Profit from the British tourism boom

Tourists from around the world are flocking to Britain in ever increasing numbers. Matthew Partridge reveals one sector in particular that stands to benefit.


Britain is attracting more tourists from China

This year didn't start off very promisingly weather-wise. We had a grim winter, and a miserable, wet spring.

But at the last minute, the sun poked its head out and we've all been enjoying one of the best summers in a long time.

That's been great news for the British tourism industry. People who had been preparing to drag themselves and their families abroad for some sunshine decided to stay put instead.

Subscribe to MoneyWeek

Subscribe to MoneyWeek today and get your first six magazine issues absolutely FREE

Get 6 issues free

Sign up to Money Morning

Don't miss the latest investment and personal finances news, market analysis, plus money-saving tips with our free twice-daily newsletter

Don't miss the latest investment and personal finances news, market analysis, plus money-saving tips with our free twice-daily newsletter

Sign up

But it's not just about the weather. There are several long-term factors that look set to boost the number of tourists in Britain for years to come.

And one sector in particular looks well-placed to profit.

Britain's tourist industry is doing surprisingly well

The Office for National Statistics suggests that some areas may even be returning to their pre-crisis peaks. And a survey by the website TravelClick suggests that occupancy rates are up by 4% on last year.

More importantly, this growth hasn't been driven by discounting. According to travel website TripAdvisor, hotels around the UK including London are charging a lot more than they did last year. For example, the price of a decent hotel in Birmingham has shot up by nearly half.

That's pretty impressive, given that last year London hosted the Olympics, which drew millions of people from around the world to Britain. Beijing, Sydney, Athens and Atlanta all saw big downturns in tourist numbers the year after they hosted the games. There was also the extra bank holiday, thanks to the Diamond Jubilee.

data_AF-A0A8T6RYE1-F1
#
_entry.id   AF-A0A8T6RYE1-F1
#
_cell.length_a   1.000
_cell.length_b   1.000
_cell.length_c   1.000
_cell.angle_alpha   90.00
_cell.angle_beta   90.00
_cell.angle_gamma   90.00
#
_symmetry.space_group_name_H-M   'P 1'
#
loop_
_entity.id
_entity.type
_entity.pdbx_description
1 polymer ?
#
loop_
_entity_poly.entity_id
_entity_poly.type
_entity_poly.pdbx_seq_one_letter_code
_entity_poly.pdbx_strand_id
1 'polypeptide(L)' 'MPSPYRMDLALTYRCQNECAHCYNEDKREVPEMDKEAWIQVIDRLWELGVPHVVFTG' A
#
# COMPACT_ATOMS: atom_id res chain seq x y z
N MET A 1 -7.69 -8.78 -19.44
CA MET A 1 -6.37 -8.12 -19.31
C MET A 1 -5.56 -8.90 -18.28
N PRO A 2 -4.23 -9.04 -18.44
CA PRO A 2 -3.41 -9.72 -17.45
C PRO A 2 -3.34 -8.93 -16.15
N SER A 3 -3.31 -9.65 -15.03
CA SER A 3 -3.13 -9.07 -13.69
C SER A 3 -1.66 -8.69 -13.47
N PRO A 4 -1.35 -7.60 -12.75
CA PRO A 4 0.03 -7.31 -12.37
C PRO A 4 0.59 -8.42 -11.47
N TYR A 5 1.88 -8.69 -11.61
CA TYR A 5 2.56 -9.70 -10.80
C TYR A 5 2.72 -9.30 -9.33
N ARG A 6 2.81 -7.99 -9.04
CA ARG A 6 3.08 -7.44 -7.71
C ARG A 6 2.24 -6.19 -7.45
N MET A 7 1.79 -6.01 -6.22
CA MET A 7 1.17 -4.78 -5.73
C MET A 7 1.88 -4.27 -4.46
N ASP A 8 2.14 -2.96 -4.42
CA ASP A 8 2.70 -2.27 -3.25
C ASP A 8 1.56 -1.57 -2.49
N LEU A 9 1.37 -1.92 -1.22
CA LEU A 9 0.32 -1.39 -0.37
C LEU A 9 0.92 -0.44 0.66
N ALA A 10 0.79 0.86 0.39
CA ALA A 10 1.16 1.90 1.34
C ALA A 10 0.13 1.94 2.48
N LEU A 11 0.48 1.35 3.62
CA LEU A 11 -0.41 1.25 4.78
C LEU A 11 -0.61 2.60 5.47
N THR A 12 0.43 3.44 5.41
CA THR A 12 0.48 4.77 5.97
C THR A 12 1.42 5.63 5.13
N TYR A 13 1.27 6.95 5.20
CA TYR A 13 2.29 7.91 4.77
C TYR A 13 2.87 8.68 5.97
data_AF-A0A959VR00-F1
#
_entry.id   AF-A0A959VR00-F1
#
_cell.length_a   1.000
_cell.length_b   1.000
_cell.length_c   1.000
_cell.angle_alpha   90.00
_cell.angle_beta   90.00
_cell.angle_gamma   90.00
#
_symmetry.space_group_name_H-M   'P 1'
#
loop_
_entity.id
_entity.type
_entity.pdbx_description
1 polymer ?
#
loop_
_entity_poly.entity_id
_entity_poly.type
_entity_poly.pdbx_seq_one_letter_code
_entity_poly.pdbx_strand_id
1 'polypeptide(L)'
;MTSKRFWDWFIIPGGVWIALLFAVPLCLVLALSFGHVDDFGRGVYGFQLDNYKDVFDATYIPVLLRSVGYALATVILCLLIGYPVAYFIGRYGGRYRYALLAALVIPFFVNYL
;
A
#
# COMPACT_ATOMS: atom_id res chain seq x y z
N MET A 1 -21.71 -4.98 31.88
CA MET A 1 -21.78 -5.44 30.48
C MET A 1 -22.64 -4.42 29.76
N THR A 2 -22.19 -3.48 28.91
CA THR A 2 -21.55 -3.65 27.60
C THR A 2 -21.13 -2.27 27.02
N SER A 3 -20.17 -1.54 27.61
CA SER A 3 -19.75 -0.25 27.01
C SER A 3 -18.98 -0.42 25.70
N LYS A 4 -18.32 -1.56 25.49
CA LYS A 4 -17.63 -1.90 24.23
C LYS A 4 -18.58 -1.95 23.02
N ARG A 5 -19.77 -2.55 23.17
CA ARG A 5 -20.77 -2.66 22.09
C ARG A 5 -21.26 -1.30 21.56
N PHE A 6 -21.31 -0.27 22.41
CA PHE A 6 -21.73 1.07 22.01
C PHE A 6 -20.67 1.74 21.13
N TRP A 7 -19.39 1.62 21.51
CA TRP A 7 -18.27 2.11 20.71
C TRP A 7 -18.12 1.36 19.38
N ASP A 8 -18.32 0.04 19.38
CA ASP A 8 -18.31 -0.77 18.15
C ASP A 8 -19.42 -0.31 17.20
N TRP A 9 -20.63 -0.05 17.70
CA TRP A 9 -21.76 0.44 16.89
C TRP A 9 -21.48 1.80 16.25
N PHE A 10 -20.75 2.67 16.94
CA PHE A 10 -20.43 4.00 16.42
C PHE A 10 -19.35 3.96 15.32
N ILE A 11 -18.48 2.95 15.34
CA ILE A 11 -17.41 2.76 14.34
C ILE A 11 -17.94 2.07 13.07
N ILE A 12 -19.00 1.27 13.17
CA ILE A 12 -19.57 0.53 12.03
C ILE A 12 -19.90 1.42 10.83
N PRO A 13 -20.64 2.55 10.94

Squeezed incomes and recovering confidence = 'staycations'

First, as Britain shows signs of recovery (however short-term it is), consumers feel more confident and willing to spend. But at the same time, their wages are falling in real terms (ie, after inflation).

So rather than shell out on expensive holidays abroad, they are more likely to compromise with a staycation'. (Admittedly, this can be a false economy Britain is not the cheapest country in the world but there's definitely a perception that staying at home, rather than taking a plane somewhere, is cheaper.)

Secondly, there's a more general growth in tourism around the world. The main reason for this is that the global middle-class continues to expand. Much of the growth in overall tourism numbers will come from Asia especially China.

Even though China's economy is slowing, wages are still growing as its supply of cheap labour runs out. While this is bad news for firms, since growing labour costs erode China's cost advantage, it also means that an increasing number of Chinese can afford to travel abroad.